One of the best ways to stay prepared in an emergency is to get to know your neighbors and develop a plan if disaster strikes. Experts also suggest storing at least two weeks' worth of supplies in your home. "A disaster is going to happen, it’s a matter of 'when' not 'if,'" said Maximilian Dixon, earthquake program manager at Washington State Military Department. "And preparedness is not just for earthquakes, and it's not just for tsunamis on the coast.
Seattle has nearly doubled the number of safe places residents can go during a disaster. The city's P-patch community gardens are now designated as emergency community hubs. "It just makes sense," said Debbie Goetz, planning coordinator with the city's Emergency Management Department. "Designating hub sites throughout the city like this, give people an opportunity to work together, organize together and decide what works better for their own neighborhood," she said.
Community Transit is looking to hire around 250 bus drivers and mechanics as it prepares to expand bus service in Snohomish County. The agency held a job fair Wednesday to attract talent. Positions start at $20/hour with benefits just to begin the 10-week training period. "With the unemployment rate being as low as it is, it's difficult," said Chris Beck, human resources manager with Community Transit. "We're holding events like this so people can come and find out about community transit."
Muck Rack makes it simple to find people, tweets, or articles that mention any name, keyword, company, hashtag etc. We've compiled this guide to help you make the most of your search.
Selecting a term
Start searching tweets, articles from media outlets, articles mentioned in tweets, journalists'
names, titles and bios with some suggested searches:
Companies or Topics (e.g. iPhone, Microsoft)
Phrases (e.g. "cloud computing") — use quotes to keep the terms together
Twitter handles (e.g. @username) — returns those who have mentioned or replied to
Names (e.g. "David Pogue")
Hashtags (e.g. #sxsw, #london2012)
Bio details (e.g. vegan, Olympics, father)
Muck Rack's Advanced Search allows for many boolean operators.
Find results that mention multiple specified terms, use AND or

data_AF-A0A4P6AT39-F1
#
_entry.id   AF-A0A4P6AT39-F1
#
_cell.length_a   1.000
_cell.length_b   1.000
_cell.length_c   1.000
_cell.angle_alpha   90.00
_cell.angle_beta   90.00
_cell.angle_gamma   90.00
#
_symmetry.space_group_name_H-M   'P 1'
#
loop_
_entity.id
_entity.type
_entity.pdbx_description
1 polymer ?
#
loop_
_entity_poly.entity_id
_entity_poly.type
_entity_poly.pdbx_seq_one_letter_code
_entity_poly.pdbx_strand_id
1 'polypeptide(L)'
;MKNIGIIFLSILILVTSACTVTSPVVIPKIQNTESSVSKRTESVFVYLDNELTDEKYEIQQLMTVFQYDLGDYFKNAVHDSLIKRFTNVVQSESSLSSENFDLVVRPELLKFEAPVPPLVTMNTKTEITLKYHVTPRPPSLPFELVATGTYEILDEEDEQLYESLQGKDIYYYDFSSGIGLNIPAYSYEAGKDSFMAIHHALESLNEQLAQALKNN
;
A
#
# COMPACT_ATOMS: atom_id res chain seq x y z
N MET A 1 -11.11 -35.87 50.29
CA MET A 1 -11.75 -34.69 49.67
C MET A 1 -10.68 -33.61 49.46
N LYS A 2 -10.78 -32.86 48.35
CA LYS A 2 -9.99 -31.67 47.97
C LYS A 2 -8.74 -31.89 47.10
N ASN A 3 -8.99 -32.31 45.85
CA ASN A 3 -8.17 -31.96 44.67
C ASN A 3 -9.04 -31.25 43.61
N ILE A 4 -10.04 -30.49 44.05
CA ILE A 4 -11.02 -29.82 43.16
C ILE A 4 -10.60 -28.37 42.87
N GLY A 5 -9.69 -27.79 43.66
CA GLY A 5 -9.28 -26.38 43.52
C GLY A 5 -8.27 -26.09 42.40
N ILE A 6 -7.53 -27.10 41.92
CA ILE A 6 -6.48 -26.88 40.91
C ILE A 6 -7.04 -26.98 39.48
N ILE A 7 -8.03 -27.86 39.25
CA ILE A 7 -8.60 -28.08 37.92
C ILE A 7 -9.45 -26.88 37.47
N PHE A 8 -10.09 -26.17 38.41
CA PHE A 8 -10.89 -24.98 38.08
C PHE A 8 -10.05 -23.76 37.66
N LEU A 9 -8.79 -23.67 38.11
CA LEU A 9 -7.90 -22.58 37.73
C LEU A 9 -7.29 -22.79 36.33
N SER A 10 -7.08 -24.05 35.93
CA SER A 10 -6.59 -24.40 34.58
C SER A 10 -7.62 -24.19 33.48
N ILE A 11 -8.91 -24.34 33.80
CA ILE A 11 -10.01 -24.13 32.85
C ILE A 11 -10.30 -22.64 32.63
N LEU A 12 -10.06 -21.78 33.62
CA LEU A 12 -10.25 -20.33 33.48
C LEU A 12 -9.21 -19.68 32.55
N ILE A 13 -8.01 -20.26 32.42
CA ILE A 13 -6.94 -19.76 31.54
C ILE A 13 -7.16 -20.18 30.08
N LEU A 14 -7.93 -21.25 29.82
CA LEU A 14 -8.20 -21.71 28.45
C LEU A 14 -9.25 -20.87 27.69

+. For example, ensure each result contains both Elon Musk and Mark Zuckerberg by
searching Obama AND Romney or Obama + Romney.
Use the operators OR or , to broaden your search when you'd like either of
multiple terms to appear in results. (This is the default behavior of our search when no operators
are used.) For example, search for democrat OR republican to find results that refer to
Democrats and/or Republicans.
Use NOT or - to subtract results from your search. For
example, searching Disney will yield results about the Walt Disney Company as well as Walt Disney
World Resort. To exclude mentions of Disney World, search for Disney -World or Disney
When using one of these operators with a phrase, enclose it in quotation marks. For example, you can
find results about smartphones excluding Apple's iPhone 4S by searching smartphone -"iPhone
Exact case matching or punctuation
If you're searching for a brand name or keyword that relies on specific punctuation marks or capitalization, you can
find results that match your exact query by adding matchcase: before the keyword you're searching for, like matchcase:E*TRADE .
Use parentheses to separate multiple
boolean phrases. For example, to find journalists talking about having fun in Disney World or
Disneyland, search for ("disney world" OR disneyland) AND fun.
An asterisk can be used to search for any variation of a root word truncated by the asterisk. For example, searching for admin* will return results for administrator, administration, administer, administered, etc.
A near operator is an AND operator where you can control the distance between the words. You can vary the distance the near operation uses by adding a forward slash and number (between 0-99) such as strawberries NEAR/10 "whipped cream", which means the strawberries must exist within 10 words of "whipped cream".